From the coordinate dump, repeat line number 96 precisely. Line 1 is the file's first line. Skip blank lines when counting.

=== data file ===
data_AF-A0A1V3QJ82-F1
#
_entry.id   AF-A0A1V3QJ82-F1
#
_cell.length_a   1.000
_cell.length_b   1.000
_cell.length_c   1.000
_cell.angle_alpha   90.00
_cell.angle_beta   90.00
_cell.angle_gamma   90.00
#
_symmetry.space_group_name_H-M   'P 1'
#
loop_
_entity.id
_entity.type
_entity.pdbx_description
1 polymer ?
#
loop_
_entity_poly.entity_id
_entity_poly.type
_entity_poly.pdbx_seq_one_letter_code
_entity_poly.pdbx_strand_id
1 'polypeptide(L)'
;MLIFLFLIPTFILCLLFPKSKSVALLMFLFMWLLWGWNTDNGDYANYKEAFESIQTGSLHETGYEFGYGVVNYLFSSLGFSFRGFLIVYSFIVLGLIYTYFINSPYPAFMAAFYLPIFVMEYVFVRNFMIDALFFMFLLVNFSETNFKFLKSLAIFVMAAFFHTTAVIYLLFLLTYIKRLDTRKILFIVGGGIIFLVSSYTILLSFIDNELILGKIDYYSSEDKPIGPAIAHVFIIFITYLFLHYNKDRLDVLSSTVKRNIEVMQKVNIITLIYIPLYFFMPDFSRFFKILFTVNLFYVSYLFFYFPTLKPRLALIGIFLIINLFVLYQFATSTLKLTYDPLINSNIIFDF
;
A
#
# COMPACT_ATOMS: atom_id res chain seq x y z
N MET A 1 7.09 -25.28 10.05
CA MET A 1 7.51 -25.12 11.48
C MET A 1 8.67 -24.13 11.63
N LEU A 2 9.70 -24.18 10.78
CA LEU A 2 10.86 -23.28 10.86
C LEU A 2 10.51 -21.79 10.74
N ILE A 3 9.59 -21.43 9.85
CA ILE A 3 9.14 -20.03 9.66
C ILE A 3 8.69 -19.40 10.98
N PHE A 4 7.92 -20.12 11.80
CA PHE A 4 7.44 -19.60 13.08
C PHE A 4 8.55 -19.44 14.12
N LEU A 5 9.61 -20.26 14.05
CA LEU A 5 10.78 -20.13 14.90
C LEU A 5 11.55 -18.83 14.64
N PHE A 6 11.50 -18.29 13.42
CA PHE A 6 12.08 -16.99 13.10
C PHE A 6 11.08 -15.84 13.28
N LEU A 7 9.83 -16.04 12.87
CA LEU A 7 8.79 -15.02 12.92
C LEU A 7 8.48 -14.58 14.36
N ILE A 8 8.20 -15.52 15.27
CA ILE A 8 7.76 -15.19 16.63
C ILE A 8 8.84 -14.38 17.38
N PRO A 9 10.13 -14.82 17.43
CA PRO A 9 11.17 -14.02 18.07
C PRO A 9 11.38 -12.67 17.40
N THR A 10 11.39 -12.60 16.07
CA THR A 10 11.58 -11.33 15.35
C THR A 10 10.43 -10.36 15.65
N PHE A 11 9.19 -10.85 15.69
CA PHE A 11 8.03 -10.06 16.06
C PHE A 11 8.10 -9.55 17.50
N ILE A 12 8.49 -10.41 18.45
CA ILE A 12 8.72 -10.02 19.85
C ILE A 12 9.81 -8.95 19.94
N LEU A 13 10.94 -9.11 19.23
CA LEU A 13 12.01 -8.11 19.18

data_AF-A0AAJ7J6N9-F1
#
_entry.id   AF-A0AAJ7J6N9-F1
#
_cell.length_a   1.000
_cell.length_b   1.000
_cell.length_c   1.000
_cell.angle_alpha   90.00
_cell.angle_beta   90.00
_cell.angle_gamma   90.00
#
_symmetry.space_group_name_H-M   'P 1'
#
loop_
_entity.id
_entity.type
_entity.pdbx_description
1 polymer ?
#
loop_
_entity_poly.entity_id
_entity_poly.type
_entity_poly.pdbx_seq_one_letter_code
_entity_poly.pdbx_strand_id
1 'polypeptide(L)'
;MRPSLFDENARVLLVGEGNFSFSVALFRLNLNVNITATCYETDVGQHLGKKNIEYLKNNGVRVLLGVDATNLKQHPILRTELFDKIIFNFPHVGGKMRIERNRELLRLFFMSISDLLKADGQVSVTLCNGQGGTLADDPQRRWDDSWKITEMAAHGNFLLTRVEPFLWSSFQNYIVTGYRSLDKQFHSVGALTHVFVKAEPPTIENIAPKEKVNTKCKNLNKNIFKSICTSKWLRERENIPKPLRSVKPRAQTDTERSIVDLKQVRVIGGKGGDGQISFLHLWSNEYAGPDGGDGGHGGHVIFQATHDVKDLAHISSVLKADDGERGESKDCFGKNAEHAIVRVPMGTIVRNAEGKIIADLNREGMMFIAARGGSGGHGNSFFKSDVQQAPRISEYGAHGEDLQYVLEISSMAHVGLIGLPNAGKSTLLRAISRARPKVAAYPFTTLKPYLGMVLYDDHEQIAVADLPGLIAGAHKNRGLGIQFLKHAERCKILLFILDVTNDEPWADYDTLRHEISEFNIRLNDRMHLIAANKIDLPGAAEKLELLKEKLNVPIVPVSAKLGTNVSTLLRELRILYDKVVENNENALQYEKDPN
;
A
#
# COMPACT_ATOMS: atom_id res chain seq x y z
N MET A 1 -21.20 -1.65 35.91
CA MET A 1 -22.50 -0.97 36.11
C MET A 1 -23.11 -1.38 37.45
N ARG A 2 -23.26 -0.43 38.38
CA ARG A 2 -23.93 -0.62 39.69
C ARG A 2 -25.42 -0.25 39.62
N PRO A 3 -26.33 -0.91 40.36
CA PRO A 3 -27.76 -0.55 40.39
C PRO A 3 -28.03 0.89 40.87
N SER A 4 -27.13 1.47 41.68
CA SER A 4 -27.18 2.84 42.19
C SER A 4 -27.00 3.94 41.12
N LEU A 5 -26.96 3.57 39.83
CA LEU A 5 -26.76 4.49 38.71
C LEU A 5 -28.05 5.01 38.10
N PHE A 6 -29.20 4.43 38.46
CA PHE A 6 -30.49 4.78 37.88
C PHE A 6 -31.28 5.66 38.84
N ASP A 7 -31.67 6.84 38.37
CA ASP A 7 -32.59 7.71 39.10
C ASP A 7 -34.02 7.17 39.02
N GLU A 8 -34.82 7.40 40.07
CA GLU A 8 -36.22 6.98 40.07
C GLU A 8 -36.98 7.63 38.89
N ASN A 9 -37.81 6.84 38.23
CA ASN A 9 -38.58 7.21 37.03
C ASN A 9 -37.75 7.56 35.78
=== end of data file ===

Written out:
A